Dear Wonderful Reader,
God’s Not Dead
Check out the movie and spread the message, you never who may be needing to hear those words.
Vacillate (verb; no obj.) |ˈvasəˌlāt|
I had for a time vacillated between teaching and journalism.
Copious (adjective) |ˈkōpēəs|
she took copious notes.
I had been a little too copious in talking of my country.
late Middle English: from Old French copieux or Latin copiosus, from copia ‘plenty.’
Complacent (adjective) |kəmˈplāsənt|
you can’t afford to be complacent about security.
Dynasty (noun – pl. dynasties) |ˈdīnəstē|
the Tang dynasty.
the Ford dynasty.
dynastic |dīˈnastik| adjective.
dynastically |dīˈnastik(ə)lē| adverb
ORIGIN late Middle English: from French dynastie, or via late Latin from Greek dunasteia ‘lordship, power,’ from dunastēs (see dynast) .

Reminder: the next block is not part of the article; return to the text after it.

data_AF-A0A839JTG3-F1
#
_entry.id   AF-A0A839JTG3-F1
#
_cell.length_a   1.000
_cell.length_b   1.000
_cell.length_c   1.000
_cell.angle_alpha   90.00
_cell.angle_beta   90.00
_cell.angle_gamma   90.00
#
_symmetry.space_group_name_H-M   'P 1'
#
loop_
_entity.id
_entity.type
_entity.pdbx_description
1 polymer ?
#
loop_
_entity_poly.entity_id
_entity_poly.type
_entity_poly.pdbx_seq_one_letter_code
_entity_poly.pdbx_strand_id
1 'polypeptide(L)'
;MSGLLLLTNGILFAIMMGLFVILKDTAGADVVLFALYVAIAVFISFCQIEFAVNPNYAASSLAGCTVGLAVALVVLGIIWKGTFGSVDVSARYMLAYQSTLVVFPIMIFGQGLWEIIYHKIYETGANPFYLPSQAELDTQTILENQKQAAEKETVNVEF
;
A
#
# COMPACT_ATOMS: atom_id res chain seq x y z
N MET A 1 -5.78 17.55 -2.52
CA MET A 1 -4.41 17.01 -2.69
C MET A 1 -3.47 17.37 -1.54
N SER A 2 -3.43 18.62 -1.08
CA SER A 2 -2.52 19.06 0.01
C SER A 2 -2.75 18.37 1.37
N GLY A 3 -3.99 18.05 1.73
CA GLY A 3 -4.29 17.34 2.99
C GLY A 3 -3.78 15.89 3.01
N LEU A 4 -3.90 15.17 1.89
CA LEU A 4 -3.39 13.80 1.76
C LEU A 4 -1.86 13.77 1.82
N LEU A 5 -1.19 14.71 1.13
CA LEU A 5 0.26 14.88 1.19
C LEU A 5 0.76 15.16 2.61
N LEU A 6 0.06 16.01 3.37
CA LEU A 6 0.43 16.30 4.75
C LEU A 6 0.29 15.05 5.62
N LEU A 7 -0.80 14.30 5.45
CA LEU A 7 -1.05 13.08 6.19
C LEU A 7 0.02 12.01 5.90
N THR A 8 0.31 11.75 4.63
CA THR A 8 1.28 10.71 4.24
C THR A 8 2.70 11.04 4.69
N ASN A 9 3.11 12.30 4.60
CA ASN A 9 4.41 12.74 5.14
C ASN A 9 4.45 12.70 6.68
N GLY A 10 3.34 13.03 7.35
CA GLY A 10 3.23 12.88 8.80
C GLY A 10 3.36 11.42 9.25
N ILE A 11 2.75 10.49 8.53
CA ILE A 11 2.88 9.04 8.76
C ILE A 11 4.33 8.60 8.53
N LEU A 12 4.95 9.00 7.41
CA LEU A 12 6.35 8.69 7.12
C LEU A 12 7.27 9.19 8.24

lurid (adjective): |ˈlo͝orid|
lurid food colorings,
a pair of lurid shorts.
the more lurid details of the massacre were too frightening for the children.
mid 17th cent. (in the sense ‘pale and dismal in color’): from Latin luridus; related to luror ‘wan or yellow color.’
Perverse (adjective): |pərˈvərs|
Kate’s perverse decision not to cooperate.
in two general elections the outcome was quite perverse.
perversely, she felt nearer to tears now than at any other moment in the conversation.
late Middle English (in the sense ‘turned away from what is right or good’): from Old French pervers(e), from Latin perversus ‘turned around,’ from the verb pervertere (see pervert) .